Addressing whether a district court properly dismissed a Lanham Act case as a sanction for failure to timely file an amended complaint, the US Court of Appeals for the Ninth Circuit concluded that the dismissal sanction was an abuse of discretion but nevertheless affirmed the dismissal on the alternative ground that the plaintiff failed to state a claim because the allegations of defendants’ use of the mark constituted nominative fair use. Applied Underwriters, Inc. v. Lichtenegger, Case No. 17-16815 (9th Cir. Jan. 15, 2019) (Smith, J).

Applied Underwriters owns the marks APPLIED UNDERWRITERS and EQUITYCOMP plus several stylized versions of those marks. According to Applied Underwriters, in November 2015, the defendants began offering a seminar (online and on DVD) that used Applied Underwriters’ marks in the title of the webcast.

Applied Underwriters brought claims for trademark infringement and dilution, false designation of origin, and federal and state unfair competition. The defendants moved to dismiss all of the claims under Rule 12(b)(6) on several grounds, including nominative fair use.

The district court agreed, finding that the defendants’ use of the marks constituted nominative fair use. At Applied Underwriters’ request, the district court granted leave to amend the complaint within 30 days, but Applied Underwriters neither filed an amended complaint nor advised the district court that it would not do so. After the deadline passed, the district court entered an order dismissing the case: “In light of Plaintiff’s failure to file an Amended Complaint pursuant to the Court’s Order (ECF No. [31]), this case is hereby DISMISSED. CASE CLOSED.” The clerk entered judgment accordingly. Applied Underwriters appealed.

On appeal, the parties disputed whether the district court’s dismissal had been under Rule 12(b)(6)—in which case the appellate court would conduct a de novo review—or under Rule 41(b) as a sanction—in which case the appellate court would review for an abuse of discretion. The Ninth Circuit first remanded the case for the limited purpose of allowing the district court to clarify why it had dismissed the complaint. The district court entered a clarification order stating that it had dismissed the complaint under Rule 41(b) as a sanction for failing to comply with the district court’s order.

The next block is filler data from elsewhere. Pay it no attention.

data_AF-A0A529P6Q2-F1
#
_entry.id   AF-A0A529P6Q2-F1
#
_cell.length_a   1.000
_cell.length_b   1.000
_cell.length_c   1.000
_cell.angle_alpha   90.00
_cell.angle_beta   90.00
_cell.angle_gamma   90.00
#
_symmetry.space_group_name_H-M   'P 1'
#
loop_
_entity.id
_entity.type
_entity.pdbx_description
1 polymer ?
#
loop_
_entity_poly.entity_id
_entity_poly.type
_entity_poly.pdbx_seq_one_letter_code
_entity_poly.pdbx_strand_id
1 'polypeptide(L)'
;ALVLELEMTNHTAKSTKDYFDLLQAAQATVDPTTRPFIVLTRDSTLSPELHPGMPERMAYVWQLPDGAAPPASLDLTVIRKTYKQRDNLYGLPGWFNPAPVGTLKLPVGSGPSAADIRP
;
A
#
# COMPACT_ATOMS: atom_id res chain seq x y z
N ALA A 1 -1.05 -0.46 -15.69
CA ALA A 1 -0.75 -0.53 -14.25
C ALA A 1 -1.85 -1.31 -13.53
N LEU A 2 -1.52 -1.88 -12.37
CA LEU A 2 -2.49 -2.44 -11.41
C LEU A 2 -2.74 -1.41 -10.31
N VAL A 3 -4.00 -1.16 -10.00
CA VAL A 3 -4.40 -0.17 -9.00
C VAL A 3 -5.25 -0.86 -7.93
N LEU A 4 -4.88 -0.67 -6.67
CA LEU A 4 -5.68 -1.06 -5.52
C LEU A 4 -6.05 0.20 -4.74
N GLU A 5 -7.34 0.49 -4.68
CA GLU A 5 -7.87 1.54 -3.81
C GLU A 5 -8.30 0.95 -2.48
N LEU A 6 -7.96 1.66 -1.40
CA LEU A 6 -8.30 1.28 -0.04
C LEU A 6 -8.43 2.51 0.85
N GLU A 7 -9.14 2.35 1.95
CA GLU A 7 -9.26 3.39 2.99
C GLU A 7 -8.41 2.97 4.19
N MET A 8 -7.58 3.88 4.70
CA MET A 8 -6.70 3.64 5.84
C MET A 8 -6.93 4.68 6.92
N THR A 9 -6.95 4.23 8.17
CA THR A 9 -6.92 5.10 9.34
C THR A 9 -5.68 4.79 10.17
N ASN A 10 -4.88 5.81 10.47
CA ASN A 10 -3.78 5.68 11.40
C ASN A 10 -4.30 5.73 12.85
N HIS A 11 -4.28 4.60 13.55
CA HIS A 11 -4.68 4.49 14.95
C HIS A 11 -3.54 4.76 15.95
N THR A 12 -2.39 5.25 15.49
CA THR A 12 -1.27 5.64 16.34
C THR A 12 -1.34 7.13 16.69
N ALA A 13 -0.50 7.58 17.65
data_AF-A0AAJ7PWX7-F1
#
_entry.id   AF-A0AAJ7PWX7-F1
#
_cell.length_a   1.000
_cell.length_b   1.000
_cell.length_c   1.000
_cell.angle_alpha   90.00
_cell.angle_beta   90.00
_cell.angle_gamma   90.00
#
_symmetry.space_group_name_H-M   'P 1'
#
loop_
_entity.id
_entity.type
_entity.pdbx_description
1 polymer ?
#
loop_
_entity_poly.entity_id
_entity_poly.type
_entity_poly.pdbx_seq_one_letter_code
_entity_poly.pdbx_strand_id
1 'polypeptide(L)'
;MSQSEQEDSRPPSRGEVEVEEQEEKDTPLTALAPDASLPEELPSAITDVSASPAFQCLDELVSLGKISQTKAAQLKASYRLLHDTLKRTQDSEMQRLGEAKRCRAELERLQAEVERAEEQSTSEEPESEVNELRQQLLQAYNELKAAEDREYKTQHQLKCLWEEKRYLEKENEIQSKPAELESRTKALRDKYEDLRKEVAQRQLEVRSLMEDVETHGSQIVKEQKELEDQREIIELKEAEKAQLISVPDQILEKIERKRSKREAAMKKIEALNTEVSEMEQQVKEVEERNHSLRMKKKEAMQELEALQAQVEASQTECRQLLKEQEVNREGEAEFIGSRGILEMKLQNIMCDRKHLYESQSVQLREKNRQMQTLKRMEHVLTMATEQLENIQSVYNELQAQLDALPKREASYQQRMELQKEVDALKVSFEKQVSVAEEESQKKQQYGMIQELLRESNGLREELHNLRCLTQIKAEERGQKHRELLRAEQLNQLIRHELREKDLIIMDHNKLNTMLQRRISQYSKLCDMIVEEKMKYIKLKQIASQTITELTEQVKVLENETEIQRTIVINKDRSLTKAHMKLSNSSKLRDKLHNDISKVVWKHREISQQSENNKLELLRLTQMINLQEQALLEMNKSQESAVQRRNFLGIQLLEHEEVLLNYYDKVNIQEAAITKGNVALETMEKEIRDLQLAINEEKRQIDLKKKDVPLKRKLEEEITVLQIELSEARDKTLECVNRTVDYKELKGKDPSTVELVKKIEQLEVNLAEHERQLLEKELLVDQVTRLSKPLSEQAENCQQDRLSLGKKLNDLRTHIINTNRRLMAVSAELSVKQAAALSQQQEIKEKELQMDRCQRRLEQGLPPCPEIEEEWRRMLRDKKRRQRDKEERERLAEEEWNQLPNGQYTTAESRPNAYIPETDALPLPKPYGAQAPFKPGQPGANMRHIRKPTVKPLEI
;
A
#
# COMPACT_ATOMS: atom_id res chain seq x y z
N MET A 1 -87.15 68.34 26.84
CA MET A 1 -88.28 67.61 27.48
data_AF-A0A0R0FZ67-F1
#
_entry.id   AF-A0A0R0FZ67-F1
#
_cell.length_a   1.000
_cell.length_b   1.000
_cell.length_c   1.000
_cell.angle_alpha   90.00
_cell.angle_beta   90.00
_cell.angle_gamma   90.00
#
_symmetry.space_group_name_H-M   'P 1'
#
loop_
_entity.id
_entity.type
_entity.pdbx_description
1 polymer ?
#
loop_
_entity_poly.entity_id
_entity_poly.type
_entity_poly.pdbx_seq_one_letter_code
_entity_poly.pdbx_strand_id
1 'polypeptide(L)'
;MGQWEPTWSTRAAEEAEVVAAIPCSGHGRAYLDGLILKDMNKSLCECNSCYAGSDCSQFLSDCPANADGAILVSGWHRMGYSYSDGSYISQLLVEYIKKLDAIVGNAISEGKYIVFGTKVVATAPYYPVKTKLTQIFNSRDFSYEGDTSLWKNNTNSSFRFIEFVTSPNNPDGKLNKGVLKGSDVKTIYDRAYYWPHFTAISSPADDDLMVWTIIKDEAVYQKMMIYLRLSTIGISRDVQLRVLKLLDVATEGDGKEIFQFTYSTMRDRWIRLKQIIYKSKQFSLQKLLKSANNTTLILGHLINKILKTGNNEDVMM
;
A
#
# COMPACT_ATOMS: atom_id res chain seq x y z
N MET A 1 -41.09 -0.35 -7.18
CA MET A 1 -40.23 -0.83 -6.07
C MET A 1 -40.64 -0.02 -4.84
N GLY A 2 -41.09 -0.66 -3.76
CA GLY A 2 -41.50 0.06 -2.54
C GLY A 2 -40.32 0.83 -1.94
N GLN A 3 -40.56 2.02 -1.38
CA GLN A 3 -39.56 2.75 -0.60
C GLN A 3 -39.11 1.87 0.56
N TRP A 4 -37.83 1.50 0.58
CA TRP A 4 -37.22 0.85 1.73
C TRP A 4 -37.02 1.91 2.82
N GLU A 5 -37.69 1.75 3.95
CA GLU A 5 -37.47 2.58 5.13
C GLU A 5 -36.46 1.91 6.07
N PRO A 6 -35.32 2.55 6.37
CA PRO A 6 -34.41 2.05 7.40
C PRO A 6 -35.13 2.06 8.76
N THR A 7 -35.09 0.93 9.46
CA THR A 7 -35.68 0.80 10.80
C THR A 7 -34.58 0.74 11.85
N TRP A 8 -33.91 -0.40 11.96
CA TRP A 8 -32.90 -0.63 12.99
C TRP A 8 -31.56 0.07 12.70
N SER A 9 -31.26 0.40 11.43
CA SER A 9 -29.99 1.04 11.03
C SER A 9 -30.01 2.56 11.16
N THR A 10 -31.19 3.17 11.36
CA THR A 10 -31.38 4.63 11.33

The Ninth Circuit found that the district court abused its discretion by dismissing the complaint as a sanction under Rule 41(b). The Court acknowledged its precedent holding that a district court may dismiss an action under Rule 41(b) where a plaintiff fails to file an amended complaint or to advise the district court of its intent not to do so after being granted leave. But the Court clarified that the sanction is only appropriate where the district court required the plaintiff to file an amended complaint or some other document evidencing its decision not to file an amended complaint. Otherwise, the party cannot have failed to comply with a “court order.” As the panel explained, because the district court’s order granting leave to amend had been permissive, the district court could not dismiss the action under Rule 41(b) for failing to file an amended complaint timely.

The Ninth Circuit then went on to rule on the alternative ground that the complaint failed to state a claim on Rule 12(b)(6), assuming that should the Court remand for the district court’s reconsideration, it would again dismiss the complaint on the ground of nominative fair use. Specifically, the Court held that the defendants’ seminar exclusively critiqued Applied Underwriters’ EquityComp® program; that the defendants’ seminar did not use Applied Underwriters’ stylized marks, only plain text of its name; and that the plaintiff’s claim of a likelihood of confusion in light of the defendants’ more prominent, stylized use of their own mark was implausible.

Practice Note: A plaintiff seeking to appeal an adverse order on a motion to dismiss, even where leave to amend the complaint in a specific time period had been granted, need not wait for the amendment period to lapse before seeking entry of judgment and an appeal. However, failing to advise the district court of a decision not to amend creates a risk of loss of de novo review—especially if the district court used mandatory amendment language.